Bunnahabhain Whisky Product Shoot
The lighting setup was very similar to the one used in my maple syrup shoot.
"This is the second shoot in my mixed off-camera lighting sources series, using a bottle of Bunnahabhain Whisky…"
In order to maintain the warm, classic feeling I felt more appropriate to a bottle of whisky, I did this shoot on a freshly polished oak table.
A white backdrop a few feet behind the bottle was illuminated with a 160 LED video light, which was gelled with a full-CTO gel block to give a similarly warm, diffuse glow behind the whisky.
Whilst this didn’t produce a sharp, clear reflection, I was able to get a relatively light reflection in the table by unmasking the relevant part of the image produced when I placed a gold card behind the bottle and tumbler.
One thing this kind of product shoot will not allow for is the luminous inner glow through you can see through the liquid – you produce this by illuminating the liquid from behind, hence the gold card and the need to use Photoshop CC to make a composite image; you have to clip out any card that shows past the edges of the bottle in the appropriate layer.
Side lighting was provided by two gridded softboxes with an extra layer of tracing paper over the front to further diffuse their light; the softbox flashes were remotely triggered using a Phottix Odin transmitter and receiver set.
I finally used a snooted LED angle-poise desk lamp to highlight the whisky brand name. I felt the highlighting was possibly too sharp on some of the images you can see in my mini-gallery below, so I allowed it to become more diffuse in some of my later images (basically, via a larger hole in the snoot).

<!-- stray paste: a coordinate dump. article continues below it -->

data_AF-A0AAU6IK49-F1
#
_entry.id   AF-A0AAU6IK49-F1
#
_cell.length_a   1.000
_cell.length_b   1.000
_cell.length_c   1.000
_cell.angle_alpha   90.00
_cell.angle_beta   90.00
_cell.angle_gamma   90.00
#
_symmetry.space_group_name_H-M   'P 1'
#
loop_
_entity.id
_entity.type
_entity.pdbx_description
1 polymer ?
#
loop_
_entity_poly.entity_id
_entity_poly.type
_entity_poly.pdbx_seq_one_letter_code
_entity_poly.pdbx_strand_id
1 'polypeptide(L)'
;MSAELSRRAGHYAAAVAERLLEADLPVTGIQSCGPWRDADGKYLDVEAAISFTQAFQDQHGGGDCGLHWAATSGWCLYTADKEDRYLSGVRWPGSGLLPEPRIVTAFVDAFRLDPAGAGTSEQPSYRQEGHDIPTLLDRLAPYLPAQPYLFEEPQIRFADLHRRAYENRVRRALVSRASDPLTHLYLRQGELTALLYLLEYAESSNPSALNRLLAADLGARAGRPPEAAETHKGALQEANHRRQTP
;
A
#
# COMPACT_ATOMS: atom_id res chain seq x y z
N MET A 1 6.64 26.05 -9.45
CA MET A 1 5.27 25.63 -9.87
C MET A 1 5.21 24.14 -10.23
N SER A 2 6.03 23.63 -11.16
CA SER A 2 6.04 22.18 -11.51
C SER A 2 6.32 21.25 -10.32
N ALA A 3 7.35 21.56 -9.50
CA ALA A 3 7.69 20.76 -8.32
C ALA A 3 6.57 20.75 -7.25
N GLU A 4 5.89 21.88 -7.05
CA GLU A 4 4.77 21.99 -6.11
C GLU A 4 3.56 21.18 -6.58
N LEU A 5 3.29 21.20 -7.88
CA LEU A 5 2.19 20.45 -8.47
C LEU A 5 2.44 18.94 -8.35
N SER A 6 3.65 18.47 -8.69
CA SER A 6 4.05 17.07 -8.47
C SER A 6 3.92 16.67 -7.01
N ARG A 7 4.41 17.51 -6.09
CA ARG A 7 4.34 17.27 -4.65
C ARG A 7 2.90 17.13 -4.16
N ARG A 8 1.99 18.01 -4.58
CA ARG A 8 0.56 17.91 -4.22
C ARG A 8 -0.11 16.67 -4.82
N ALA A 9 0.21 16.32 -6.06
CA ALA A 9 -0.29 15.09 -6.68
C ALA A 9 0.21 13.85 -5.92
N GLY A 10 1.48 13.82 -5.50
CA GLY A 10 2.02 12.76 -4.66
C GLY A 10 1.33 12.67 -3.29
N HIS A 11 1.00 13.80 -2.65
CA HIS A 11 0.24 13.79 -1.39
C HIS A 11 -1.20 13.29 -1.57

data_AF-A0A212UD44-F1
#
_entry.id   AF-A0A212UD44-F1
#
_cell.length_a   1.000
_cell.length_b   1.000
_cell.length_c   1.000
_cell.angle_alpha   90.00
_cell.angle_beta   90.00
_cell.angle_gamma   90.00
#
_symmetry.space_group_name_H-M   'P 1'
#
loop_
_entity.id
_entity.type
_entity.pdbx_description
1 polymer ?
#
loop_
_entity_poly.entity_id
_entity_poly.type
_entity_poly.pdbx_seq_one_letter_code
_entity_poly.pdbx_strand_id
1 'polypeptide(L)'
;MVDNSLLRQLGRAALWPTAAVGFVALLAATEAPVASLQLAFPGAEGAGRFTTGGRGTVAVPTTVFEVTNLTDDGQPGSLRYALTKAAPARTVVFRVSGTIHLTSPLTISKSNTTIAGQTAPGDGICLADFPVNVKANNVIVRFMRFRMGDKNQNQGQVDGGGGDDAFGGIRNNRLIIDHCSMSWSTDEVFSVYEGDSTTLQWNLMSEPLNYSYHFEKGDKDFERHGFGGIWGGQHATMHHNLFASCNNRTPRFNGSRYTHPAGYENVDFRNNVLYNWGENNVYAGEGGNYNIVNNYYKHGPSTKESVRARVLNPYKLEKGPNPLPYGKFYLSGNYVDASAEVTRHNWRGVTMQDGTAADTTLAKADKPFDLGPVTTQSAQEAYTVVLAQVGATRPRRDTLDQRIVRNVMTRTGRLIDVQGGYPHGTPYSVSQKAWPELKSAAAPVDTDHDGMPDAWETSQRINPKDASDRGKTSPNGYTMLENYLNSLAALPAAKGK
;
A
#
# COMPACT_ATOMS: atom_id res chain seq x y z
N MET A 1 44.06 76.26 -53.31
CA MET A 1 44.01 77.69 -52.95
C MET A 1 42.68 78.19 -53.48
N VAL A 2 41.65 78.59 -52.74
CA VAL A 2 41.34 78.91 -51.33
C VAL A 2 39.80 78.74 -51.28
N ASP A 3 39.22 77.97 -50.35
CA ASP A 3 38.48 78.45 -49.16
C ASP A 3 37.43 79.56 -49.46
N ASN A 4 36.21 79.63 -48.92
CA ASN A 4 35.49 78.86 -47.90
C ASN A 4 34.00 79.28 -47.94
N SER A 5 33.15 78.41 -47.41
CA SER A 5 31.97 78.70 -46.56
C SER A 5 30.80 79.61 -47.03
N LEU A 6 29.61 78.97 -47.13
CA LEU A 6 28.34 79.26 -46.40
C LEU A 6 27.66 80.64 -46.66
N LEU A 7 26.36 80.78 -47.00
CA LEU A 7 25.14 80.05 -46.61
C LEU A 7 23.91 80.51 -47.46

This light source had a temperature in the region of 3500 K, so I didn’t need to gel or correct the colour temperature to maintain the feeling I wanted from the shoot. It was also used, as part of the composite image, to illuminate the small pile of oats in the foreground, which were included for additional effect.
This is all summarised in this lighting diagram:
The ice cubes, incidentally, are fake – they are shaped Perspex cubes that cost a few pounds for a bag of 16; real ice cubes melt too quickly to last an entire shoot, which in this case was about three to four hours, so an alternative has to be found.
To give a sharp, consistent image, the camera was set on a tripod about five feet from the product, with focus set to manual to prevent the lens VR from softening the image slightly via minor servo actions whilst the shot was being taken.
I hope you like the images I produced for my mini-gallery, below. This is a fine whisky, so I hope you’ll also appreciate the reasons why the bottle is two-thirds empty…
All the best,
Chasing Rays Photography.